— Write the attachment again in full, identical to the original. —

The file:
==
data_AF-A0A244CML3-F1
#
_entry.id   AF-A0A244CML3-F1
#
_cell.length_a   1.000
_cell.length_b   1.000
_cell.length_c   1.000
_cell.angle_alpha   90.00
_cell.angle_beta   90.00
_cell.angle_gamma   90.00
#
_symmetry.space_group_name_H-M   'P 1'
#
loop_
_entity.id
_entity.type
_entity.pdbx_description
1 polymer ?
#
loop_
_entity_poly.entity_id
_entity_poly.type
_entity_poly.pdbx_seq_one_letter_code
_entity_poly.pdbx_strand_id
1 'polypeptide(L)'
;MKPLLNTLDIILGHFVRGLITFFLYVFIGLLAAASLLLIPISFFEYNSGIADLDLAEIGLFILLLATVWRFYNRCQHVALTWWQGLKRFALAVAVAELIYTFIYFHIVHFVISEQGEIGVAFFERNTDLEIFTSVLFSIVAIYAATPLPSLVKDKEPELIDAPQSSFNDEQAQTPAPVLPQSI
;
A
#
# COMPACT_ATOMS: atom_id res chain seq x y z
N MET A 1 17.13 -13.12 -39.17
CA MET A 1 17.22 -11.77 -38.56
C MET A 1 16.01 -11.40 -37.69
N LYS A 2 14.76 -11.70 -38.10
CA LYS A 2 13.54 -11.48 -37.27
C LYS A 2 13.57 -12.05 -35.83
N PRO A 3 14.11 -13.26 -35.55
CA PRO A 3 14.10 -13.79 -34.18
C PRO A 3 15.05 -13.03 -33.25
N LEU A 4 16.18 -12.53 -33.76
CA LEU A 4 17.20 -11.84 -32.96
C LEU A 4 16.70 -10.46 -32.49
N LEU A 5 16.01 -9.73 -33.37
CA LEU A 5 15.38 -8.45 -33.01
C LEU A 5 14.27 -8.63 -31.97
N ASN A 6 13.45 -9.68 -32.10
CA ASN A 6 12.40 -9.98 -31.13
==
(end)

data_AF-A0A244CML3-F1
#
_entry.id   AF-A0A244CML3-F1
#
_cell.length_a   1.000
_cell.length_b   1.000
_cell.length_c   1.000
_cell.angle_alpha   90.00
_cell.angle_beta   90.00
_cell.angle_gamma   90.00
#
_symmetry.space_group_name_H-M   'P 1'
#
loop_
_entity.id
_entity.type
_entity.pdbx_description
1 polymer ?
#
loop_
_entity_poly.entity_id
_entity_poly.type
_entity_poly.pdbx_seq_one_letter_code
_entity_poly.pdbx_strand_id
1 'polypeptide(L)'
;MKPLLNTLDIILGHFVRGLITFFLYVFIGLLAAASLLLIPISFFEYNSGIADLDLAEIGLFILLLATVWRFYNRCQHVALTWWQGLKRFALAVAVAELIYTFIYFHIVHFVISEQGEIGVAFFERNTDLEIFTSVLFSIVAIYAATPLPSLVKDKEPELIDAPQSSFNDEQAQTPAPVLPQSI
;
A
#
# COMPACT_ATOMS: atom_id res chain seq x y z
N MET A 1 17.13 -13.12 -39.17
CA MET A 1 17.22 -11.77 -38.56
C MET A 1 16.01 -11.40 -37.69
N LYS A 2 14.76 -11.70 -38.10
CA LYS A 2 13.54 -11.48 -37.27
C LYS A 2 13.57 -12.05 -35.83
N PRO A 3 14.11 -13.26 -35.55
CA PRO A 3 14.10 -13.79 -34.18
C PRO A 3 15.05 -13.03 -33.25
N LEU A 4 16.18 -12.53 -33.76
CA LEU A 4 17.20 -11.84 -32.96
C LEU A 4 16.70 -10.46 -32.49
N LEU A 5 16.01 -9.73 -33.37
CA LEU A 5 15.38 -8.45 -33.01
C LEU A 5 14.27 -8.63 -31.97
N ASN A 6 13.45 -9.68 -32.10
CA ASN A 6 12.40 -9.98 -31.13